|Notes From the Afterlife
Author: Sappho's Ghost PM
"Life was hard enough before we died." Zombie!brittana crack fic that was inspired by a manip of the leaked pictures from the Superbowl episode. Spoilers for that. Fluffy, gory, ridiculous.Rated: Fiction T - English - Humor/Romance - Brittany P. & Santana L. - Words: 1,245 - Reviews: 27 - Favs: 51 - Follows: 5 - Published: 01-17-11 - Status: Complete - id: 6661144
|A+ A- Full 3/4 1/2 Expand Tighten|
A/N: Crack!fic born of a manip from my friend Gabby (thatllwork) on tumblr. Ridiculous, a bit gory, and even more fluffy. Just read with a grain of salt.
Life was hard enough before we died. High school, parents, cheerleading, glee… it was a chore, keeping it all together. When the plague hit, we thought that all we needed to do was keep ahead of it. Make sure we were always moving faster than the infected. But keeping Brittany's attention was a difficult task, and impossible decisions were made that left us both in a bad situation. Shit happens, I suppose.
I imagined that life among the dead would be different. Incoherent mumbling and slobbering and aimless drifting and lust for brains. Well, that last part is true. But the rest? Not so much. You'd be surprised at just how much brain wave activity remains in the minds of the infected. But there are still the drawbacks of being undead. The smell, for one. And that bloodlust I mentioned. Brittany was particularly taken with that. It hits some of us more than others. She's… well, she's hungry. A lot. And it's taken a toll on our relationship.
Let's just say that she and I have very different priorities now.
Don't get me wrong, I still love her. Everything about her, actually. The way she drags her right leg slightly when she walks. The way she snarls when she launches herself at one of the living. That look of triumph she gets when she tears open a skull. But she doesn't need me anymore. Ever since we were infected, she's become the independent person she always wanted to be when we were still alive. It's a little sad, really, that she had to die to get what she wanted.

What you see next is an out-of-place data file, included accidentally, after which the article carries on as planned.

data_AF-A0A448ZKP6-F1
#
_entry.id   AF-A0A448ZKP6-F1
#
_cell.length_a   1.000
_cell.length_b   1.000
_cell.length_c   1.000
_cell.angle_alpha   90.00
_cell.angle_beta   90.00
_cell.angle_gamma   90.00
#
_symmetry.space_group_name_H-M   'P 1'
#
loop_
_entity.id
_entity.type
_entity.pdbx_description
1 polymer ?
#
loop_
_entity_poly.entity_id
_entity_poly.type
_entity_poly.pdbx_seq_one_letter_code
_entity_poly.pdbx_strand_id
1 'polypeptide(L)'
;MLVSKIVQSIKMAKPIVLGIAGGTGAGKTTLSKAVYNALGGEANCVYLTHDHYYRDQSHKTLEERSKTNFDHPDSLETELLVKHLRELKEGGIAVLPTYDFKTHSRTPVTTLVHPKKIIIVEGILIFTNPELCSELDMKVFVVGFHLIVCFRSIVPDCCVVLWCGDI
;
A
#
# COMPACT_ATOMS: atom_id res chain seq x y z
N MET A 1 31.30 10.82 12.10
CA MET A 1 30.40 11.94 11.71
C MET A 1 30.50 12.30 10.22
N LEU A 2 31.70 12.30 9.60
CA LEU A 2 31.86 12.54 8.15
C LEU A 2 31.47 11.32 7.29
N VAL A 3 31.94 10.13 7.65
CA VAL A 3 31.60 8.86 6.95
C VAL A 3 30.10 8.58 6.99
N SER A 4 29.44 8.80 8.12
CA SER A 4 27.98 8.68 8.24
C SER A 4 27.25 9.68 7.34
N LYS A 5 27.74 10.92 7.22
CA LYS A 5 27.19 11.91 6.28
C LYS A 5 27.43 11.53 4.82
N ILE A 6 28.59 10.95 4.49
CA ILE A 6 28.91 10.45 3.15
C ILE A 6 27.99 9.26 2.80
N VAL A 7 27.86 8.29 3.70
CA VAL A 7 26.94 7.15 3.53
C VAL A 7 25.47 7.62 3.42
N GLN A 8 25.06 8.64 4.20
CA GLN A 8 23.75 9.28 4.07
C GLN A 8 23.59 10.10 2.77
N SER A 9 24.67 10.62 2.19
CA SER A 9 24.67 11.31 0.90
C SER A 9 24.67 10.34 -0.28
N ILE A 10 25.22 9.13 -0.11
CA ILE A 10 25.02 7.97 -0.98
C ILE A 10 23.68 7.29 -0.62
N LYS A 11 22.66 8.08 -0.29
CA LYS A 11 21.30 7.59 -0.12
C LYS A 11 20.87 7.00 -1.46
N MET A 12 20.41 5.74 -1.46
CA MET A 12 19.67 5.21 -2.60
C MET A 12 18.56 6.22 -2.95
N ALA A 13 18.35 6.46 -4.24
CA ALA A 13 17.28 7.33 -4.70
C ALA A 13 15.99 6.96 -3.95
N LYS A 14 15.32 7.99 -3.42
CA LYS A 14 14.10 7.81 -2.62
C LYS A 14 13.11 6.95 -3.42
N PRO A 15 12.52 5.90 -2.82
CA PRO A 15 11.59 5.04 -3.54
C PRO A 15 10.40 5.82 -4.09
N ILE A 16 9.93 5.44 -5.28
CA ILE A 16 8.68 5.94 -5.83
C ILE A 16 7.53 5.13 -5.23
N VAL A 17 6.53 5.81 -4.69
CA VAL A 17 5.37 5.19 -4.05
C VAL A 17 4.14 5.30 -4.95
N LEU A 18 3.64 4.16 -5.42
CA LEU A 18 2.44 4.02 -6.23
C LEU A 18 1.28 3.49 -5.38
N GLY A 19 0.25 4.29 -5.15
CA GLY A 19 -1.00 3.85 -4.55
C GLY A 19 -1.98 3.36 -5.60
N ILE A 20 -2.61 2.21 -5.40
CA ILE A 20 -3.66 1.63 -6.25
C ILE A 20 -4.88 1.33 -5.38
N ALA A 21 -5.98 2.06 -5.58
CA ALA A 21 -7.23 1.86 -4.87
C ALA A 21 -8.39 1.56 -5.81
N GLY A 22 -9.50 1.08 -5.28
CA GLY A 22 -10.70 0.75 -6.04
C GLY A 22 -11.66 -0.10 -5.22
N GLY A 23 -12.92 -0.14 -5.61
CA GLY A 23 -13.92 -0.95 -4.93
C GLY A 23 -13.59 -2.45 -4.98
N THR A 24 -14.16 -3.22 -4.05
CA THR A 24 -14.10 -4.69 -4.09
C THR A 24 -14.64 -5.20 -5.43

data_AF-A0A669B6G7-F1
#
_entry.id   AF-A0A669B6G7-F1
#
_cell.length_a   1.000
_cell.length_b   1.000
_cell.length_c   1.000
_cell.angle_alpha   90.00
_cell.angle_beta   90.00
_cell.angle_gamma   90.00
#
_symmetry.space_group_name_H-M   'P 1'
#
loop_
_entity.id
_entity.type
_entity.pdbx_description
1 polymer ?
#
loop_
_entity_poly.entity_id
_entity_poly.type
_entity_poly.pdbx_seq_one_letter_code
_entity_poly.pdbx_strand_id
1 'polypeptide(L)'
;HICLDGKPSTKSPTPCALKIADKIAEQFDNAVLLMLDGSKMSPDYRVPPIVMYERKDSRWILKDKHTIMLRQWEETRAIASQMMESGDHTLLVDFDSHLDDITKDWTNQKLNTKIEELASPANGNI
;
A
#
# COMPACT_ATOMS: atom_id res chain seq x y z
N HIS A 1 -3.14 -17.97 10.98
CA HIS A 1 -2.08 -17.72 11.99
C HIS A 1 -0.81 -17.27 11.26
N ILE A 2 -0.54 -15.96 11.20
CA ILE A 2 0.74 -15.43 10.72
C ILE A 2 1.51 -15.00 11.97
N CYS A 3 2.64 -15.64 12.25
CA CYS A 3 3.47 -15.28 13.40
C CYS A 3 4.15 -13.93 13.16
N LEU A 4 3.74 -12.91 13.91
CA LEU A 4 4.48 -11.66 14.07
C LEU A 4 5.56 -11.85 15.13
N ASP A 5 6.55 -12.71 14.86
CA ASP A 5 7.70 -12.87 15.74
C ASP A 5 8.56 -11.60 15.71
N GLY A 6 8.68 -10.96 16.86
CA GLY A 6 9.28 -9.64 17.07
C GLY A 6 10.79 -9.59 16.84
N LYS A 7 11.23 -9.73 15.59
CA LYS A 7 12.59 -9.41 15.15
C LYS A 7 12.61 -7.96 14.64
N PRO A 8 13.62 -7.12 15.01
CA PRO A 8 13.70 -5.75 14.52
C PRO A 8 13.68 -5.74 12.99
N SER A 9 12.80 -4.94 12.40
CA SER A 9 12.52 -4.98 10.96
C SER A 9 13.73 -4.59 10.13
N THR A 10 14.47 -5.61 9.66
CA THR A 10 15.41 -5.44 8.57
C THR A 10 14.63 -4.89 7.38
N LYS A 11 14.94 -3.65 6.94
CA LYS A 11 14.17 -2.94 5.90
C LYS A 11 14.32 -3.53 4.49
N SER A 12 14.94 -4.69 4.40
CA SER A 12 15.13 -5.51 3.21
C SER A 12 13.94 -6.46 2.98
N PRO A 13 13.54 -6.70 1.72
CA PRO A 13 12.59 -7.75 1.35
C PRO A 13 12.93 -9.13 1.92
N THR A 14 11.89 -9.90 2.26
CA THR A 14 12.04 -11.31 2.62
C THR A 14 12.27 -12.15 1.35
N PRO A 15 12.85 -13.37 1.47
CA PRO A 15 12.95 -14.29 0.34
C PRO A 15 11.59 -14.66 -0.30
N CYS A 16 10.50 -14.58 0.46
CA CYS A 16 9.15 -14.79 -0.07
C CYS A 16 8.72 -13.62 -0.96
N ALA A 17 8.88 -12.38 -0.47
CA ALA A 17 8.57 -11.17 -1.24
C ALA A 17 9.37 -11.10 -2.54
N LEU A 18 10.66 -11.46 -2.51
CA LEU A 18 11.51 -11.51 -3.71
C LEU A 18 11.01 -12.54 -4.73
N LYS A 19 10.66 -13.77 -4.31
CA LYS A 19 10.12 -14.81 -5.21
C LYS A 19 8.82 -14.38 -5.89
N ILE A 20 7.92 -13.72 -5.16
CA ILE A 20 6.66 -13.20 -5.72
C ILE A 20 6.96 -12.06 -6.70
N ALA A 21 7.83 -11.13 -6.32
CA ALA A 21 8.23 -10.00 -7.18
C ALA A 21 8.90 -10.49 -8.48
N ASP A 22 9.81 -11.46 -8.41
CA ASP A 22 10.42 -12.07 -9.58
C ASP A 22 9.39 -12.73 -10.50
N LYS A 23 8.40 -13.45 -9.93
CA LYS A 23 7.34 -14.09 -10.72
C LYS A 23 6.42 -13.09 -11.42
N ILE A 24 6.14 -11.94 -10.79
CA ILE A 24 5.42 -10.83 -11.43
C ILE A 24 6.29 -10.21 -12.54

We move in packs, we zombies. It's difficult to roam alone, considering how slowly we get around. You might not think there's a lot of forethought that goes into a zombie attack, but I can vouch for the fact that we do, in fact, have a plan. It might not always work, but hey. We're trying.
Brittany became our pack leader not long after her first kill. We'd caught up to a caravan of people on the road outside Lima, and it had been so long since she'd fed that not even Mike, whose muscles hadn't atrophied as much as the rest of ours, could hold her back. The screams of the mothers were bittersweet, if only because we knew what it had been like when we were still alive, and we still felt that bit of remorse for their deaths. That didn't last long, once blood had been spilled and the hunger took over, though. And Brittany had showed us that. How hungry we were. She was infamous for that kill, and anyone who fell into our pack after that knew not to get in her way when it came to finding dinner.
Now, a few towns and several months later, I'm still fighting for a scrap of her attention.
I sit down next to her on the curb outside a restaurant where we've found a group of survivors hunkering down. They aren't really survivors anymore.
"Uhnn," she grunts at me as she takes a bite out of a forearm, still attached to a twitching body.